ISLAMABAD - The Supreme Court of Pakistan on Tuesday reserved its judgement on the petition of Pakistan Tehreek-e-Insaf (PTI) chairman against the amendments in National Accountability Ordinance (NAO), 1999.
A three-member bench of the apex court headed by Chief Justice of Pakistan (CJP) Justice Umar Ata Bandial and comprising Justice Ijaz ul Ahsan and Justice Syed Mansoor Ali Shah conducted hearing of former Prime Minister Imran Khan’s petition against the amendments in the National Accountability Ordinance (NAO), 1999.
After hearing the parties’ counsels the CJP said, “Something short and sweet should come out, that may be done soon.”
At the outset of the hearing, Haris contended before the court: “A lot of pending cases have been returned after the NAB amendments.” At this, CJP Bandial inquired if there were any sections in the amendments under which cases could be referred to another relevant forum. “After these amendments, a lot of NAB’s work has come to an end,” he remarked.
The lawyer then replied that as per the amendments, an investigation would be conducted, after the review of which the cases could be sent to other forums. He also informed the court that after the changes to the law, neither did the NAB have the authority to deal with the cases nor to send them to other relevant forums.
Here, Justice Shah noted that a law was not needed to forward cases to other forums, saying, “If there was a murder in the NAB’s office, the matter will [automatically] go to the relevant forum.” “Will definitely ask about the matter of not getting the authority to send cases to other forums,” he added. Here, Imran’s counsel informed the court that written requests have been submitted to the court.
At this point during the hearing, the CJP asked Haris if he had read the NAB report submitted to the Supreme Court, referring to an updated report the NAB furnished last week detailing the return of corruption references since January 1. “The NAB has detailed the reasons for references returned till May [this year]. The reasons for the return of references indicate where the law is leaning towards,” the top judge remarked.
Noting that it was now on record that references against whom had been returned till May this year, CJP Bandial recalled that one amendment to section 23 (transfer of property void) of the NAO was made in May while another in June this year. “The references returned before May are with the NAB till today,” he stated, asking who would answer these questions on the NAB’s behalf. To this, Special Prosecutor Sattar Awan informed the court that the additional prosecutor general “will be reaching the court shortly”.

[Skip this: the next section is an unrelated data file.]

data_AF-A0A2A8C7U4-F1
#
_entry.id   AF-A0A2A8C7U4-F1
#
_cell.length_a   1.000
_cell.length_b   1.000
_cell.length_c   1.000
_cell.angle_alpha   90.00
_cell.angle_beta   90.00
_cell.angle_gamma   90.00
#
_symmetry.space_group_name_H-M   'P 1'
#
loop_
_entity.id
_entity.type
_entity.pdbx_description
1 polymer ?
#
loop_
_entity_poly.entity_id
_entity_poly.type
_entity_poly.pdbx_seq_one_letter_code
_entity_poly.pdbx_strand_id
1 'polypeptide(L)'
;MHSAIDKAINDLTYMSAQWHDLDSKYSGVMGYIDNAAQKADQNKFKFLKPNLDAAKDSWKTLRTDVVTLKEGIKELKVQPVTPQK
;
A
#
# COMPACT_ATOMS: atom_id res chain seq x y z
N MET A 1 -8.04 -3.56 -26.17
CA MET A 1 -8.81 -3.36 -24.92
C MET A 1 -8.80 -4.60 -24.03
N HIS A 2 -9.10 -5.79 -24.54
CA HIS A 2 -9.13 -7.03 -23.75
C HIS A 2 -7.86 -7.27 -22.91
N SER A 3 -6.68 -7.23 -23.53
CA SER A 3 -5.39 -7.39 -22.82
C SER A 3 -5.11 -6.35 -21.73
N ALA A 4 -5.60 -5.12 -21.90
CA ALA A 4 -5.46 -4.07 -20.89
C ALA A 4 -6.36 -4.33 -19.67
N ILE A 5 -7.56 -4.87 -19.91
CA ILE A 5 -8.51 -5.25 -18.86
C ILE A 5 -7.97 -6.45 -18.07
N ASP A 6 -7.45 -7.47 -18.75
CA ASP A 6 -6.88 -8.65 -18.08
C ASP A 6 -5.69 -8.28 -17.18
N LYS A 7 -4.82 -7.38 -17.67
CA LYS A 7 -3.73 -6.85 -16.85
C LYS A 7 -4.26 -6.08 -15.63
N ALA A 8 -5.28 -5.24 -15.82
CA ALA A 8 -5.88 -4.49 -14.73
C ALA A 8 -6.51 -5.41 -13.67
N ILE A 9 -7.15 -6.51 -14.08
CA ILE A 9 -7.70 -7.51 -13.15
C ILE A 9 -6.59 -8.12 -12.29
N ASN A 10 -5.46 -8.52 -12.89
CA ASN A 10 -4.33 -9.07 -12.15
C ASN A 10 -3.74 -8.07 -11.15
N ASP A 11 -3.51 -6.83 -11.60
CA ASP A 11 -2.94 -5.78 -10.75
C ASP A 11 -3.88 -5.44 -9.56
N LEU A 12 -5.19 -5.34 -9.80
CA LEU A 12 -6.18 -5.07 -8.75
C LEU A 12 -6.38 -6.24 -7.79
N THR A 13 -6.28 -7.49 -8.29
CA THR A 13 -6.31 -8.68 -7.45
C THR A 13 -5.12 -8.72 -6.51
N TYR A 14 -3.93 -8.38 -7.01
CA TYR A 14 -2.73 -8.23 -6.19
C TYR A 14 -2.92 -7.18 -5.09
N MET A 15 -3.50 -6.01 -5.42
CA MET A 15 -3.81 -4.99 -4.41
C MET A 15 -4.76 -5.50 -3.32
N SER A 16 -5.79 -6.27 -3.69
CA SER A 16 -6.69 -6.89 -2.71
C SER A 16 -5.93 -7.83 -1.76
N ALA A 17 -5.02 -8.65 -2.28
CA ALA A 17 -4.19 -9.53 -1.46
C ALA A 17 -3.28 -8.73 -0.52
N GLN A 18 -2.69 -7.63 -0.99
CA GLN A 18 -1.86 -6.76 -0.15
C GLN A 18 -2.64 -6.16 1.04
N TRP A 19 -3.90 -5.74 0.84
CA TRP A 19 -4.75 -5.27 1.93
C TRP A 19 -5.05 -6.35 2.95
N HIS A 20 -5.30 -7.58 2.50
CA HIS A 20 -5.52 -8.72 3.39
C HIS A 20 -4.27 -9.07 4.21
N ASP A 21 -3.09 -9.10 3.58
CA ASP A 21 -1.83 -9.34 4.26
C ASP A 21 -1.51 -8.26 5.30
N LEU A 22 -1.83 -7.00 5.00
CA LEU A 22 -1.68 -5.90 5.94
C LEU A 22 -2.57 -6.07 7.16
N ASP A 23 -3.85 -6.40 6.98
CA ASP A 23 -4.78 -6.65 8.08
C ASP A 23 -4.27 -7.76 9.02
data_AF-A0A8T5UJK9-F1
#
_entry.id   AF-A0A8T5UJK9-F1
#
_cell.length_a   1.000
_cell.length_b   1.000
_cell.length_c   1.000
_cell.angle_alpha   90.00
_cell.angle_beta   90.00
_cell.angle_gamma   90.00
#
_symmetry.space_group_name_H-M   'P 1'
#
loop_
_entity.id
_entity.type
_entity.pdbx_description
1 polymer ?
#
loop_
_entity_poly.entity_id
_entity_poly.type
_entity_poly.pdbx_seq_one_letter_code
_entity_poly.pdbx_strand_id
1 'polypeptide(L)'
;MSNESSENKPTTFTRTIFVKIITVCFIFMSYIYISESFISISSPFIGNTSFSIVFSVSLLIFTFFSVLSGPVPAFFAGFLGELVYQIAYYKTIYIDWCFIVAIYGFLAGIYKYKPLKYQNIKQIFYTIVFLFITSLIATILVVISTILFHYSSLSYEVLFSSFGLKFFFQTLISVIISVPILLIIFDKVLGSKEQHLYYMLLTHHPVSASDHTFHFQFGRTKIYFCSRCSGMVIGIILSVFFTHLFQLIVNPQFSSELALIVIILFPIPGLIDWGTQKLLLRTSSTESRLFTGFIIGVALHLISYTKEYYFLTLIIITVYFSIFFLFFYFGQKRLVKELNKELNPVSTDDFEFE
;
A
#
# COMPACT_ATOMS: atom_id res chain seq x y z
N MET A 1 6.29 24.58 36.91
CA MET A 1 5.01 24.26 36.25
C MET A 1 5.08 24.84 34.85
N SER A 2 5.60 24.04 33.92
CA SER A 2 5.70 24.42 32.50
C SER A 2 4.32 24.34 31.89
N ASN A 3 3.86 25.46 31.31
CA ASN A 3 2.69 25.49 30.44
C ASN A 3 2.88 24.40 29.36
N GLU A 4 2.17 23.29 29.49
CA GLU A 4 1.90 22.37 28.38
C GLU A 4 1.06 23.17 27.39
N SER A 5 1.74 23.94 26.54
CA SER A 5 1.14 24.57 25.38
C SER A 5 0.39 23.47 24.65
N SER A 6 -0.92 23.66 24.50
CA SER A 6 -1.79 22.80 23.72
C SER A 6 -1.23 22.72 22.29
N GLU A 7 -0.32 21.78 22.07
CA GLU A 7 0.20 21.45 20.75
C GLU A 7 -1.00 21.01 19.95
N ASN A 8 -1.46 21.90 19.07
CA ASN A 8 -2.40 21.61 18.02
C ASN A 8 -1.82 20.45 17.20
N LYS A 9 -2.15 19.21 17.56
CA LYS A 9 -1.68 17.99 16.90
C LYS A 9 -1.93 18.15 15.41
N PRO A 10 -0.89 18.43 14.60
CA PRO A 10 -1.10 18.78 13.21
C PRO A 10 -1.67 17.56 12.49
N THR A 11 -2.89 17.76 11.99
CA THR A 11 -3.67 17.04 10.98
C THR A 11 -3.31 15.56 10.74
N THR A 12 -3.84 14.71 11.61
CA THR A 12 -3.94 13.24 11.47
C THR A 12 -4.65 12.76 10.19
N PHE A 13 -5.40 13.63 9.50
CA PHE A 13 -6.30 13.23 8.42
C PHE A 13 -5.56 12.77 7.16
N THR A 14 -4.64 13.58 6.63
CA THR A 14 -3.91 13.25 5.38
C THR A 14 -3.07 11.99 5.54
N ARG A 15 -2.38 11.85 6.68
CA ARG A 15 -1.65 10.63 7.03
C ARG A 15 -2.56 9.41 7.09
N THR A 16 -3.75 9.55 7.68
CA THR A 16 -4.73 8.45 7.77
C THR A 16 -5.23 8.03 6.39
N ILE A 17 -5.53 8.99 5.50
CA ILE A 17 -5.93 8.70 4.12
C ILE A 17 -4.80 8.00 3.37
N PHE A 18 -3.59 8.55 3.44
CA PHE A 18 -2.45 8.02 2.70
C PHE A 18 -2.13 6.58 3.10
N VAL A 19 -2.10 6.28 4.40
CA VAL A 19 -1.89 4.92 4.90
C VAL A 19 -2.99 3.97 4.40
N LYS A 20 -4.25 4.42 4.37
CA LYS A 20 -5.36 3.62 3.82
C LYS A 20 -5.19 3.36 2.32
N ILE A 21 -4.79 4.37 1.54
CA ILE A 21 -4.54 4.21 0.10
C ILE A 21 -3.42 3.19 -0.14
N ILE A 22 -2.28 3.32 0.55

Here, while admitting that defending oneself was easier under the NAB amendments, Haris contended that his client was not taking advantage of them and recalled he had told the NAB the same. “The statement submitted to the NAB is also part of the court record,” he added.
Chief Justice Bandial said that the NAB report indicated that there were 36 pending references in Karachi and 21 in Lahore. The NAB prosecutor clarified that those references included details of ongoing cases unaffected by recent amendments.
CJP Bandial noted a case involving an individual named Tariq Awan that had been sub-judice for eight years. The prosecutor explained that those cases were related to illegal land allotment.
The chief justice inquired if the returned cases were still pending with NAB, to which the prosecutor replied in the affirmative. “In 2022, we received 386 NAB references back,” the prosecutor informed the court.
The court instructed the Attorney General (AG) to provide a written report on this matter. However, the additional attorney general apologised to the court for the AG’s absence, citing that he was currently out of the country.
At this point during the hearing, Justice Ahsan observed, “After the amendments, the pending investigations and inquiries have gone to the mortuary. Till the mechanism for the transfer of inquiries is formed, the public’s rights will be directly affected.”
Imran’s counsel then stated that “elected representatives also have to undergo the test of Section 62(1)(f) (of the Constitution) and they use their powers as an Ameen”.
Here, Justice Shah noted that army officers had been excused from the NAB ordinance, to which Haris responded that the petition “had not challenged the amendments pertaining to army officers” as the Army Act 1952 already had provisions to deal with corruption cases against military officials. “Punishments are also present against civil officers and public office holders,” Justice Shah responded, to which Haris said that under the civil servants’ law, only institutional action was to be taken and not a criminal complaint against corruption offences.